8. Give weed seeds a miss. Some parts of your compost pile may not reach temperatures hot enough to kill seeds. That's why it's best not to add weeds that have gone to seed to the pile.

9. Paper? It's okay. Rather than sending all of your paper products to the recycling center, add some non-glossy paper to your compost pile—newsprint, paper egg cartons, cardboard, etc. But don't compost the glossy inserts and fliers. They sometimes contain chemicals that inhibit decomposition and plant growth.

10. Milk—it doesn't do a compost pile good. Some gardeners add soured milk to their compost piles, but the U.S. Environmental Protection Agency doesn't recommend doing so. Milk and milk products, like yogurt and cheese, are comparable to meat scraps: they will stink as they decompose, and they'll attract animals to your outdoor compost pile.

Tips 11-19 How to Make Your Own Compost

11. Use a receptacle with a tight-fitting lid to collect compostable organic matter from your household. Because kitchen scraps smell and can attract gnats and other insects, you'll want to make sure your compost pail has a lid. A handle also is a bonus, making it easier for you to carry and dump the contents.

12. Don't confuse your compost pail with your compost pile. Use a pail to collect compostable household waste, and then dump the waste into the compost pile. A compost pail is not a composter, and if you try to use it as one, you'll have a stinky mess on your hands (and your kitchen counter).

13. Empty your compost pail frequently and rinse it out. Whether it's completely full or not, empty compost pails that have been sitting around for several days. Even compost receptacles with tight-fitting lids can attract bugs and/or stink if they're left for too long. Bits of decomposing vegetable scraps and other organic matter can cling to the insides and cause it to smell. If your compost pile is dry, dump the rinse water on it and solve two problems at once.

14. Keep your compost pile moist. In order for decomposition to occur in a timely fashion, your compost pile needs heat, air and moisture. To test your compost pile for moisture, take some of it into your hand and squeeze. If it drips, your pile is too wet. Add some brown matter. If it feels as dry as dust, add water and stir.

16. Stir it up--your compost pile, that is. As noted above, both oxygen and moisture are necessary to the decomposition process. To keep your compost pile adequately aerated, turn it with a pitchfork or garden fork every week or so.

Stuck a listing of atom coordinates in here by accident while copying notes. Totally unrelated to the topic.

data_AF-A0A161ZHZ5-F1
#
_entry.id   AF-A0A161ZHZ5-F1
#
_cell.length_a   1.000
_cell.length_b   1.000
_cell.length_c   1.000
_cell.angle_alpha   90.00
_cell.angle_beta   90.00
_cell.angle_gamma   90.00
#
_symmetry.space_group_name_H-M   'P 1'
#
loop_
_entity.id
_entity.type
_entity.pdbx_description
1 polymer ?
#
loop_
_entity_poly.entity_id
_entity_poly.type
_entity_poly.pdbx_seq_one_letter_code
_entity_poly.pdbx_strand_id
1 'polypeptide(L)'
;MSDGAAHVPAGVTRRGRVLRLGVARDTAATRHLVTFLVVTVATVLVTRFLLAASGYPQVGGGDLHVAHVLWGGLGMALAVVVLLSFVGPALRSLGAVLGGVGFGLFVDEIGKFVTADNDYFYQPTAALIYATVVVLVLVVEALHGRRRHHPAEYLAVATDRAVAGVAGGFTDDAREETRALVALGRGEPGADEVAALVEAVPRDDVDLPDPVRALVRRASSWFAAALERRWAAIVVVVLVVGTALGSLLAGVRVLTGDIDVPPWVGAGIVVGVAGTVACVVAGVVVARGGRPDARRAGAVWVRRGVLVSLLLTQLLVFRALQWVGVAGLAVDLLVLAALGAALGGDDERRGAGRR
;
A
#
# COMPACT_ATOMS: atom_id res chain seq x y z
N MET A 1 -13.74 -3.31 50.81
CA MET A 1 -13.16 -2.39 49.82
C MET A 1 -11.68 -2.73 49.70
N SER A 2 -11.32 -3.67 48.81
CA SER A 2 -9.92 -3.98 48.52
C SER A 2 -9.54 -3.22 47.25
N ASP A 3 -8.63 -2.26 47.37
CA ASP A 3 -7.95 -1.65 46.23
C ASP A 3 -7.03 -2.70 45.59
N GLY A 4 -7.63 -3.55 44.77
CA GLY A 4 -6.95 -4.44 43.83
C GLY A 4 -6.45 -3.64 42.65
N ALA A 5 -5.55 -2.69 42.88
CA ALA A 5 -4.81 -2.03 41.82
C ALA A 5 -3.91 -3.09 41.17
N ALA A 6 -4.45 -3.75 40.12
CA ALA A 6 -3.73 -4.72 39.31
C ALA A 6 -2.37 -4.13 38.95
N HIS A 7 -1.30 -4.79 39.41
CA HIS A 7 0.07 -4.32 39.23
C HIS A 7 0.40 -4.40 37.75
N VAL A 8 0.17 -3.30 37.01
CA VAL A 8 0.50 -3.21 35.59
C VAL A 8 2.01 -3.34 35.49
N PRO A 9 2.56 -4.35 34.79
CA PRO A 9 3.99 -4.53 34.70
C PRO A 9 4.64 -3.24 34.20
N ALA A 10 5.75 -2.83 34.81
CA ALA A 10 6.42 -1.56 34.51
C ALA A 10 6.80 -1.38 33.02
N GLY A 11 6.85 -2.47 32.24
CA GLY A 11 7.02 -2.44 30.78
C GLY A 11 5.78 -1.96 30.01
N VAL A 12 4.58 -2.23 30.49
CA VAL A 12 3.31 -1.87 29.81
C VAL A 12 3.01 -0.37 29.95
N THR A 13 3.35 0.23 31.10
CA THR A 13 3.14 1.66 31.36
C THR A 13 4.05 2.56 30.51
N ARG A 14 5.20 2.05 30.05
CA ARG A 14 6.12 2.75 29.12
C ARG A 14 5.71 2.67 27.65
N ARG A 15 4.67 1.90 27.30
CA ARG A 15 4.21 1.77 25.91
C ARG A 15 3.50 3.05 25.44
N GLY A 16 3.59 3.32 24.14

17. If possible, place your composter or compost pile near a water source. This will make it more convenient for you when you need to add water to the pile.

18. Your compost pile doesn't have to be in full sun. Just about any location will work, so long as the pile isn't next to trees and other plants that will leach nutrients from it. In warm climates, a shady spot often works better than a full-sun locale that causes composting matter to dry out too quickly.

19. Bigger isn't necessarily better. In fact, compost piles that are too large may be difficult to aerate. Most experts recommend piles anywhere from 3 to 5 feet in length, height and width. Smaller piles may lack the mass needed to reach and maintain the high temperatures necessary for decomposition.

Traditional composting bins are just one of many options available to home gardeners.

Traditional composting bins are just one of many options available to home gardeners.

Tips 20-25 How to Choose a Composter

20. If your yard is large, consider a portable composter. Easy-to-move wood and wire composters make rearranging your landscape (and moving compost close to where it will be used) a snap.

20. Lots of room but little money? Try homemade barrel composters or straw bale composting bins. Barrel composters may be used year after year, and straws bales make inexpensive building blocks for temporary composters.

21. Lots of room and no spare cash? You can still compost. Simply allow your compost pile can be just that--a pile of green and brown organic matter that you periodically moisten and aerate.

22. Short on space? Use a barrel or a bag. Even if you live in an apartment, you can make your own compost on your patio or deck by placing compostable organic matter in 40 gallon plastic garbage bags or heavy-duty polyethylene garbage cans.